Welsh ministers faced fury today after unveiling an extraordinary bid to ban people from coronavirus hotspots in England entering the country.
First Minister Mark Drakeford was accused of being obsessed with ‘banning the English’ after he announced the move saying people were ‘anxious and fearful’ about importing infection.
He put the blame for the action squarely on Boris Johnson, saying the PM had ignored two letters requesting he introduce travel restrictions in areas of England with high case rates.
But there were immediate questions about how the measure, due to come in from 6pm on Friday, can possibly be enforced.
Police commissioners in Wales suggested they could set up road blocks and follow up tips from the public. However, they have admitted there is not the capacity to ‘line the border with patrol cars’.
Critics also warned that the policy could deal a hammer blow to the tourism industry in Wales, already reeling from the impact of the pandemic.
The bitter row came as:
- The UK’s daily Covid-19 cases have jumped 40 per cent in a week as health officials announced 19,724 more infections and 137 new deaths today;
- Boris Johnson has dismissed calls from SAGE and Keir Starmer for a nationwide ‘circuit breaker’ lockdown, vowing to stick to his local ‘Tiers’ of restrictions;
- Northern Ireland will close its pubs for a month from Friday and shut schools for a fortnight from next week under a circuit-breaker lockdown, First Minister Arlene Foster announced;
- The leader of Lancashire County Council has said it is ‘inevitable’ the area will be upgraded to Tier Three coronavirus restrictions soon;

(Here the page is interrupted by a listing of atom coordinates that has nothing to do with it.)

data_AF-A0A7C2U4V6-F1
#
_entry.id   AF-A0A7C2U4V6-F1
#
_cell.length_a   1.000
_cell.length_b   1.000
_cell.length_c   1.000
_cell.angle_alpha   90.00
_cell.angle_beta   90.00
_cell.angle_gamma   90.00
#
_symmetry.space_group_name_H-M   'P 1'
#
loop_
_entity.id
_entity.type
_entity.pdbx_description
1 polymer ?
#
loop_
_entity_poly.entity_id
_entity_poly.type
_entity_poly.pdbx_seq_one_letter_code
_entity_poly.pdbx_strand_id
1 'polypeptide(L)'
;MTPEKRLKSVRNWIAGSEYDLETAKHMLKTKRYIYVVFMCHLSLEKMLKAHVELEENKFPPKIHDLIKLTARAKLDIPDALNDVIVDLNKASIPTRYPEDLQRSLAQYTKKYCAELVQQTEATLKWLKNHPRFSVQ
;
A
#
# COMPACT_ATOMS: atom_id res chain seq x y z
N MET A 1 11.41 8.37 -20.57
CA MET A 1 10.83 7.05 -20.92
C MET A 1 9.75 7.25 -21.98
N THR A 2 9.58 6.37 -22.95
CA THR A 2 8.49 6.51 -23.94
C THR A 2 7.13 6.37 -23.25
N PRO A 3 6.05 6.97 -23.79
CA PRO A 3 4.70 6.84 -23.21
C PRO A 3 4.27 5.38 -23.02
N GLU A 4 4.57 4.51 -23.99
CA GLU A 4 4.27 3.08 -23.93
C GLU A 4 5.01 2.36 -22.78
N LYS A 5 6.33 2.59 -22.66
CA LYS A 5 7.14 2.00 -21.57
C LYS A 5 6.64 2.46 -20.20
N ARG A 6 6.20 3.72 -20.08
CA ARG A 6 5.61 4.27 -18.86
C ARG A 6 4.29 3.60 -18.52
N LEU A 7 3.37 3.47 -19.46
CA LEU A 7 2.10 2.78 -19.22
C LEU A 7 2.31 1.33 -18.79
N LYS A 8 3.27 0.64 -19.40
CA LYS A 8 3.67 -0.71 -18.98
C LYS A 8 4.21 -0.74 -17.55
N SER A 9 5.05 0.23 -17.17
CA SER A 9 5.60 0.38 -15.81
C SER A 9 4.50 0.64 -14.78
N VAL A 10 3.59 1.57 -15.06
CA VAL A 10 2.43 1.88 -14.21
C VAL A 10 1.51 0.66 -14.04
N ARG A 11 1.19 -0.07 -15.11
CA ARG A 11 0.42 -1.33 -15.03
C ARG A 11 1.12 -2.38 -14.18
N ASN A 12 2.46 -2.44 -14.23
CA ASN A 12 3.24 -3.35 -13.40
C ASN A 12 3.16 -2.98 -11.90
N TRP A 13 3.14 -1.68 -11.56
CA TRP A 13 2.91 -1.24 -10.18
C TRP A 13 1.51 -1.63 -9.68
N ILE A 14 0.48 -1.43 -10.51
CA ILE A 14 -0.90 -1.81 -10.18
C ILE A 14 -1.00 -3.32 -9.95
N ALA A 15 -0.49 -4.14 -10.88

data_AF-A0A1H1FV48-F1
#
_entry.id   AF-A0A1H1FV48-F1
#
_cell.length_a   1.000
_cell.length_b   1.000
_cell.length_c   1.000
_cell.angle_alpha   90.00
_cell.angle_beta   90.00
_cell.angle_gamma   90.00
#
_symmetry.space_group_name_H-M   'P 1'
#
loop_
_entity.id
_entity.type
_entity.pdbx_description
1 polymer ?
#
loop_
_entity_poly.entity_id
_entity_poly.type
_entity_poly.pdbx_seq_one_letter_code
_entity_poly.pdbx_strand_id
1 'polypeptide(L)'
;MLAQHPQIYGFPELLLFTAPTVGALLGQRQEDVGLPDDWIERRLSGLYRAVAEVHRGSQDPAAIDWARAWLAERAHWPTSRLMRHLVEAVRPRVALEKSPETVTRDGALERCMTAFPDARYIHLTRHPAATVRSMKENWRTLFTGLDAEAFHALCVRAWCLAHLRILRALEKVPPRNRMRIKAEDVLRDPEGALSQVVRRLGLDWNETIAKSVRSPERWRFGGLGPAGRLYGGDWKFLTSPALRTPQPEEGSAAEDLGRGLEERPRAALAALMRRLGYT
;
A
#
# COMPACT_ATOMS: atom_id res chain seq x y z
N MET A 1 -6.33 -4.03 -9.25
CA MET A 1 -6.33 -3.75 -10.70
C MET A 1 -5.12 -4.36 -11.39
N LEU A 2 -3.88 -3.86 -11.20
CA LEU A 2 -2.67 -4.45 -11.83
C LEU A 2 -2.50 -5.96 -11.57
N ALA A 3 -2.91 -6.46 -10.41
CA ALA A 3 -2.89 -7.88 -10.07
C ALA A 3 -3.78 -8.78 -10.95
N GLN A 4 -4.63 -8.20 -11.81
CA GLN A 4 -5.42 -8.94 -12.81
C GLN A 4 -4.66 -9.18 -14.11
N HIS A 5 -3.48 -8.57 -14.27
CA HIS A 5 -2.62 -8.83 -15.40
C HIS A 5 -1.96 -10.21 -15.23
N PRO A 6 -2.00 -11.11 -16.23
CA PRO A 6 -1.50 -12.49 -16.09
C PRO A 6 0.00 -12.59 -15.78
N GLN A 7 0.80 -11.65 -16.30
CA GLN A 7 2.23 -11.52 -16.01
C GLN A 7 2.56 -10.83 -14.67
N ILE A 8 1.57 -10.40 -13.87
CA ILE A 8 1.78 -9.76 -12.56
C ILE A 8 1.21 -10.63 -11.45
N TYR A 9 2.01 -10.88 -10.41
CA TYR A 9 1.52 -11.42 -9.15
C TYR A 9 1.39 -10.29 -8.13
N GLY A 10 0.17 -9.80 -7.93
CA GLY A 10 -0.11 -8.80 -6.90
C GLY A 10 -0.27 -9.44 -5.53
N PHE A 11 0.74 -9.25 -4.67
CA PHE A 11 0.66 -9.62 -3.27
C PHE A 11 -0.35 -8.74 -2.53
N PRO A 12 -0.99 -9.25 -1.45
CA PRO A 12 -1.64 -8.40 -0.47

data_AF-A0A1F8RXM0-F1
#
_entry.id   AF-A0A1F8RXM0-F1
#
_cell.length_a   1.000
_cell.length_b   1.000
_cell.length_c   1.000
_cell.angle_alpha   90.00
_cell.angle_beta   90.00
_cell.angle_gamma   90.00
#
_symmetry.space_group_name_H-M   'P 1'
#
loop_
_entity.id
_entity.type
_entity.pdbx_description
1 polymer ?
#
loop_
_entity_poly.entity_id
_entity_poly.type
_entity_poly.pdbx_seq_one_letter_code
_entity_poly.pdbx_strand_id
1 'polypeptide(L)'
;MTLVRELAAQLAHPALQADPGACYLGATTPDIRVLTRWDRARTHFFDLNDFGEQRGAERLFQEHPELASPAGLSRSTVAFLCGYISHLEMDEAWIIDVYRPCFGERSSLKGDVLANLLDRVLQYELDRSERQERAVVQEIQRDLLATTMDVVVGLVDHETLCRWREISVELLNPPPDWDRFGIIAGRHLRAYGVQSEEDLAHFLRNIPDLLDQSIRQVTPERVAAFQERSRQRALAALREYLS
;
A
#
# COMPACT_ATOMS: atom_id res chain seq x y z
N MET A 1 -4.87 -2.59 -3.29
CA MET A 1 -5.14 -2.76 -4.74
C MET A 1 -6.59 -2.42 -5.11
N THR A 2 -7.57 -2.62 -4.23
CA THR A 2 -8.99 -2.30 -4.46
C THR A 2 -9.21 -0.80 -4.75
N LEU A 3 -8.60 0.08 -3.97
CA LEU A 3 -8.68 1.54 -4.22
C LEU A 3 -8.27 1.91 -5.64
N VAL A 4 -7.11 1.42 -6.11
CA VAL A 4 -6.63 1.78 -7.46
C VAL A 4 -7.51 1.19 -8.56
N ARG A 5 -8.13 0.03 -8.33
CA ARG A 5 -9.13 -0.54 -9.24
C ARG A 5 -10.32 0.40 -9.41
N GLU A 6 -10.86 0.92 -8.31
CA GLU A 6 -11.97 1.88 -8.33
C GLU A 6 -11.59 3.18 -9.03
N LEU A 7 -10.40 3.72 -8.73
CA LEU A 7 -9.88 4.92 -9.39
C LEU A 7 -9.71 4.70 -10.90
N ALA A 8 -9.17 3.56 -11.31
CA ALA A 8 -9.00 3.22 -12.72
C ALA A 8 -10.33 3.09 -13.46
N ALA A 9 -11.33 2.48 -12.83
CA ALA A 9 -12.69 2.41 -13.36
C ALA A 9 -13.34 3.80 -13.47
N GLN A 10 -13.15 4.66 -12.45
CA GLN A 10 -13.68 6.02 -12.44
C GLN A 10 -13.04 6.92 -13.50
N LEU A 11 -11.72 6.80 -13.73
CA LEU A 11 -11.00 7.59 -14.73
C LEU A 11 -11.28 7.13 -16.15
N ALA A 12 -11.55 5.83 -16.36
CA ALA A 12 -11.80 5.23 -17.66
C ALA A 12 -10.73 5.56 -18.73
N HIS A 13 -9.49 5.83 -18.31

- As many as 12 London boroughs have breached the infection threshold of 100 cases per 100,000 people as Sadiq Khan warns Tier 2 restrictions for the capital are ‘inevitable’;
- Health officials in Liverpool expect to see the number of Covid-19 patients in the city’s hospitals surpass the levels of the first peak in the next seven to 10 days;
- Royal Liverpool hospital has no more beds available in its intensive care unit, according to Liverpool Mayor Joe Anderson, and a senior doctor warns 58 of 60 beds are filled;
- Nicola Sturgeon has urged Scots not to travel to Blackpool saying 180 recent infections north of the border had been linked to the town;
- The UK’s total coronavirus deaths rose to 43,155 today, while the number of cases diagnosed since the outbreak began in March reached 654,644.
Welsh ministers faced fury today after unveiling an extraordinary bid to ban people from coronavirus hotspots in England entering the country
Welsh First Minister Mark Drakeford (left) was accused of being obsessed with ‘banning the English’ after he announced the travel ban saying Boris Johnson (right) had ignored his letters
Tory member of the Welsh Parliament Andrew RT Davies said: ‘The Welsh Government’s unhealthy obsession with travel restrictions and ”banning the English” flies in the face of all the evidence.
What laws can be used to stop the English travelling to Wales?
Welsh First Minister Mark Drakeford today announced an extraordinary bid to ban people from coronavirus hotspots in England entering the country.
In Wales, health protection legislation – a devolved power – falls under the Public Health (Control of Disease) Act 1984.
It was updated in 2010 to give public authorities ‘more comprehensive powers and duties to prevent and control risks to human health from infection or contamination’.
In its basic form, the act allows Welsh ministers make laws ‘for the purpose of preventing, protecting against, controlling or providing a public health response to the incidence or spread of infection or contamination in Wales’.
The laws that can be put forward include ‘restrictions or requirements on or in relation to persons, things or premises in the event of, or in response to, a threat to public health.’
While the act does not specifically mention limitations on movements, the travel ban – set to come in place from 6pm on Friday – was likely made law using the powers it grants.